families' tribe, tribal history, and traditional recreational and
spiritual activities; and learning the correct pronunciation of personal
A number of positive strategies can be used in
classrooms, regardless of whether Native American children are members of
1. PROVIDE KNOWLEDGE ABOUT CONTEMPORARY
NATIVE AMERICANS to balance historical information. Teaching about Native
Americans exclusively from a historical perspective may perpetuate the
idea that they exist only in the past.
2. PREPARE UNITS ABOUT SPECIFIC TRIBES,
rather than units about "Native Americans." For example, develop
a unit about the people of Nambe Pueblo, the Turtle Mountain Chippewa, the
Potawotami. Ideally, choose a tribe with a historical or contemporary role
in the local community. Such a unit will provide children with culturally
specific knowledge (pertaining to a single group) rather than
3. LOCATE AND USE BOOKS THAT SHOW
CONTEMPORARY CHILDREN OF ALL COLORS ENGAGED IN THEIR USUAL, DAILY
ACTIVITIES playing basketball, riding bicycles as well as traditional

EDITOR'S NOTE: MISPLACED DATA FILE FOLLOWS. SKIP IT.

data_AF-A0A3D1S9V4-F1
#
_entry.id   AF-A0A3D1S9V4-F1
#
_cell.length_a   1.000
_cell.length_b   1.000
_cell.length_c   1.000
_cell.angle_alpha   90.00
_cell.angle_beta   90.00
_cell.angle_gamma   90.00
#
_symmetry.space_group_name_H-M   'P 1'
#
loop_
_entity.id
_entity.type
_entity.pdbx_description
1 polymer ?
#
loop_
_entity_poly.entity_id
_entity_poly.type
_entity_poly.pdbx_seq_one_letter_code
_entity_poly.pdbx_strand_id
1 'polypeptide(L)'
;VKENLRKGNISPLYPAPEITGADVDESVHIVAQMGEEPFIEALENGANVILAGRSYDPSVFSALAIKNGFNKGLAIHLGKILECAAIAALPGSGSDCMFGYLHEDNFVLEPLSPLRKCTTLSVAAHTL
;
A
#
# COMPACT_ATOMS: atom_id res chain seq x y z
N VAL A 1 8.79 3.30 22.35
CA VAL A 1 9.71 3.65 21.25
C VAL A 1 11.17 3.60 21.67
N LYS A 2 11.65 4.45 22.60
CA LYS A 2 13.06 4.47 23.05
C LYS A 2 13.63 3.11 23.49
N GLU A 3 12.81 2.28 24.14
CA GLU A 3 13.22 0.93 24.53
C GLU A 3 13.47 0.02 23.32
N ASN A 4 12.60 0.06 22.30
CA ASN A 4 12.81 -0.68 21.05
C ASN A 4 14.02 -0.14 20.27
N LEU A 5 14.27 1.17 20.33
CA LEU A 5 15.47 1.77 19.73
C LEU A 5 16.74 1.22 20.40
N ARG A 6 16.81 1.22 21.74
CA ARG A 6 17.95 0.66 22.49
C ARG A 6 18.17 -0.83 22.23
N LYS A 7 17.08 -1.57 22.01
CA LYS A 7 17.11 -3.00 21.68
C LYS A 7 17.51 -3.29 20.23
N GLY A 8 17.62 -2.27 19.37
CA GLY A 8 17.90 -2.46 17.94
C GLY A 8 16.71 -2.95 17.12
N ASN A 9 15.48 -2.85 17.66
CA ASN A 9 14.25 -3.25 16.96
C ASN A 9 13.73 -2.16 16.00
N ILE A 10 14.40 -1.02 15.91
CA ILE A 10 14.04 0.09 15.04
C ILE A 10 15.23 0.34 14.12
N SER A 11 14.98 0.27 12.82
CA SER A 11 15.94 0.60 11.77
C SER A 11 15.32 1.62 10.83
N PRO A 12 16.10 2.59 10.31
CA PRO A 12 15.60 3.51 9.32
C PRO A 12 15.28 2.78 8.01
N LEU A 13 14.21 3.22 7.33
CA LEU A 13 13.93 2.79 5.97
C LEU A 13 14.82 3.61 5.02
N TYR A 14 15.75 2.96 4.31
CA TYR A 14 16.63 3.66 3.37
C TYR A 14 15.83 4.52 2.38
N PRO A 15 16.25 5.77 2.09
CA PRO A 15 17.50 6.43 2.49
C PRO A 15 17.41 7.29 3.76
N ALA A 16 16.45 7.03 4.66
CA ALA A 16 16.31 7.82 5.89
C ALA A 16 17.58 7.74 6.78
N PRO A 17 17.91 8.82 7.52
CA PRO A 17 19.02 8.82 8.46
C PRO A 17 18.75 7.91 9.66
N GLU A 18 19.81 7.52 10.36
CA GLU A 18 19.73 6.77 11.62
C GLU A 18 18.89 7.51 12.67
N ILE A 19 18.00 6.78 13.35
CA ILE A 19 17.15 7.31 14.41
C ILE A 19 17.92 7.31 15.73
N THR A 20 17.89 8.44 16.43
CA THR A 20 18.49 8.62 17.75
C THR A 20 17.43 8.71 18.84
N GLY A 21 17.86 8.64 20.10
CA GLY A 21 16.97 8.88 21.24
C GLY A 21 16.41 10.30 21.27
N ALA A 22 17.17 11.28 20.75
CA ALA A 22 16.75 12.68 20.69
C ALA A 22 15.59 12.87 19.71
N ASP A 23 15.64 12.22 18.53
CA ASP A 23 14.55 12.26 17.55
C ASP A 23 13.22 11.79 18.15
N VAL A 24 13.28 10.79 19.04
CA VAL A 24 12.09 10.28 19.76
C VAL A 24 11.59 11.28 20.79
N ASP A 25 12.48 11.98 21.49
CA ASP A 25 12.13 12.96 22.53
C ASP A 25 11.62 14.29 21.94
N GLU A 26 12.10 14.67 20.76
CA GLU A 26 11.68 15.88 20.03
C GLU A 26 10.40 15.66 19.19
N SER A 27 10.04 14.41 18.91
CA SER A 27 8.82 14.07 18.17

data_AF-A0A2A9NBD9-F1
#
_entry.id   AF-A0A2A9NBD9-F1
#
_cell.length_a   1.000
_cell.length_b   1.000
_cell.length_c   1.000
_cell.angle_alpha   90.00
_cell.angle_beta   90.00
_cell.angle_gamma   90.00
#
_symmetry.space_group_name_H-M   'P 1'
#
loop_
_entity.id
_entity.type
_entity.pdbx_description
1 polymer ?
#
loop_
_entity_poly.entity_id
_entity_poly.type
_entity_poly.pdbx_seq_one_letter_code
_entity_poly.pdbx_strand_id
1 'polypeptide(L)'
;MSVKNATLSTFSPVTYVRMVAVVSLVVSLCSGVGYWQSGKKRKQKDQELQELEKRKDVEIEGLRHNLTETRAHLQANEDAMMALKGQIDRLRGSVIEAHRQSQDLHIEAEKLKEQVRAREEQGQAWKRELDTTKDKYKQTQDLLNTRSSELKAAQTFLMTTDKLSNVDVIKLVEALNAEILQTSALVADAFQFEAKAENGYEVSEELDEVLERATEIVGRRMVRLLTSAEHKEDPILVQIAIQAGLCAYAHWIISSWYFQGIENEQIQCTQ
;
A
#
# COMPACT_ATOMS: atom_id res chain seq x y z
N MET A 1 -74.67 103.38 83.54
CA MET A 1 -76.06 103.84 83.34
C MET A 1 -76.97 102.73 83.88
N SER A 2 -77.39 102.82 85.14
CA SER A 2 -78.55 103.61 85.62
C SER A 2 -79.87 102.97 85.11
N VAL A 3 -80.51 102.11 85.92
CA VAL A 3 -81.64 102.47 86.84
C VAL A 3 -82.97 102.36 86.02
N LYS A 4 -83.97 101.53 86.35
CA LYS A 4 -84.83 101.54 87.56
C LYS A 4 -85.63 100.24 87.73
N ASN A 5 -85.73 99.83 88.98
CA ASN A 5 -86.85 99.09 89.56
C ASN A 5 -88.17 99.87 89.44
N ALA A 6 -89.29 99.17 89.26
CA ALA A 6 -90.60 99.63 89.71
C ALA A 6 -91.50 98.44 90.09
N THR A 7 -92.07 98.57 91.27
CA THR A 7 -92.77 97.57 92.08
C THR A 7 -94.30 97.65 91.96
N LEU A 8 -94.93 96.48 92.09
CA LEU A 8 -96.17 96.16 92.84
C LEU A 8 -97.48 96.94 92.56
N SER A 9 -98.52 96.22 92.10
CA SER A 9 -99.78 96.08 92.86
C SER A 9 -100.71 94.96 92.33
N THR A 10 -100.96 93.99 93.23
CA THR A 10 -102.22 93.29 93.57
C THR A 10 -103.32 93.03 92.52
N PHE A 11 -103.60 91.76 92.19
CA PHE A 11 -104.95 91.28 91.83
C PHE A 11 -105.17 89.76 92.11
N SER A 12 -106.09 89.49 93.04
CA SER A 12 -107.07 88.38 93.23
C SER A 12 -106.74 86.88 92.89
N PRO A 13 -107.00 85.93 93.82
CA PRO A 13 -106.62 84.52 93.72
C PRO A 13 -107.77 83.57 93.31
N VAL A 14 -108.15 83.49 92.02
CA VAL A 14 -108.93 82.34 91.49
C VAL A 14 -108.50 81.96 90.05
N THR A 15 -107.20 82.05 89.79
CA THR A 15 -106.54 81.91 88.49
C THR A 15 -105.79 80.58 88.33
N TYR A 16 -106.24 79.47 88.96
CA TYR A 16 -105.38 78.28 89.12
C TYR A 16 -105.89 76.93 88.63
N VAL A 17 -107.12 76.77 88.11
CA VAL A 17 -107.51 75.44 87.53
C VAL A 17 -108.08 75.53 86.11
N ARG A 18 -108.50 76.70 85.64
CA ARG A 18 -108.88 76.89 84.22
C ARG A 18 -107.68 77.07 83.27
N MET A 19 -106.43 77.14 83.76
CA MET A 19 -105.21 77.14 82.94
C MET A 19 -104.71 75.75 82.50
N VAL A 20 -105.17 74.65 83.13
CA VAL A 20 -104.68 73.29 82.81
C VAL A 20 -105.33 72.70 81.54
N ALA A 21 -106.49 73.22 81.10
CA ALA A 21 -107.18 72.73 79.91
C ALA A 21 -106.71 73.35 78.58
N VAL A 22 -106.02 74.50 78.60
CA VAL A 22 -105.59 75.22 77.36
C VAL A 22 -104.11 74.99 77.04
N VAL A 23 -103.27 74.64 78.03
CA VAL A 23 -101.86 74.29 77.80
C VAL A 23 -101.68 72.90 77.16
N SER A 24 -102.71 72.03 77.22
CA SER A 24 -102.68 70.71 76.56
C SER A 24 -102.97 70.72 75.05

activities. Make the books easily accessible to children throughout the
school year. Three excellent titles on the Pueblo Indians of New Mexico
are: PUEBLO STORYTELLER, by Diane Hoyt-Goldsmith; PUEBLO BOY: GROWING UP
IN TWO WORLDS, by Marcia Keegan; and CHILDREN OF CLAY, by Rina Swentzell.
4. OBTAIN POSTERS THAT SHOW NATIVE AMERICAN
CHILDREN IN CONTEMPORARY CONTEXTS, especially when teaching younger
elementary children. When selecting historical posters for use with older
children, make certain that the posters are culturally authentic and that
you know enough about the tribe depicted to share authentic information
with your students.
5. USE "PERSONA" DOLLS (dolls
with different skin colors) in the dramatic play area of the classroom on
a daily basis. Dress them in the same clothing (t-shirts, jeans) children
in the United States typically wear and bring out special clothing (for
example, manta, shawl, moccasins, turquoise jewelry for Pueblo girls) for
dolls only on special days.
6. COOK ETHNIC FOODS but be careful not to
imply that all members of a particular group eat a specific food.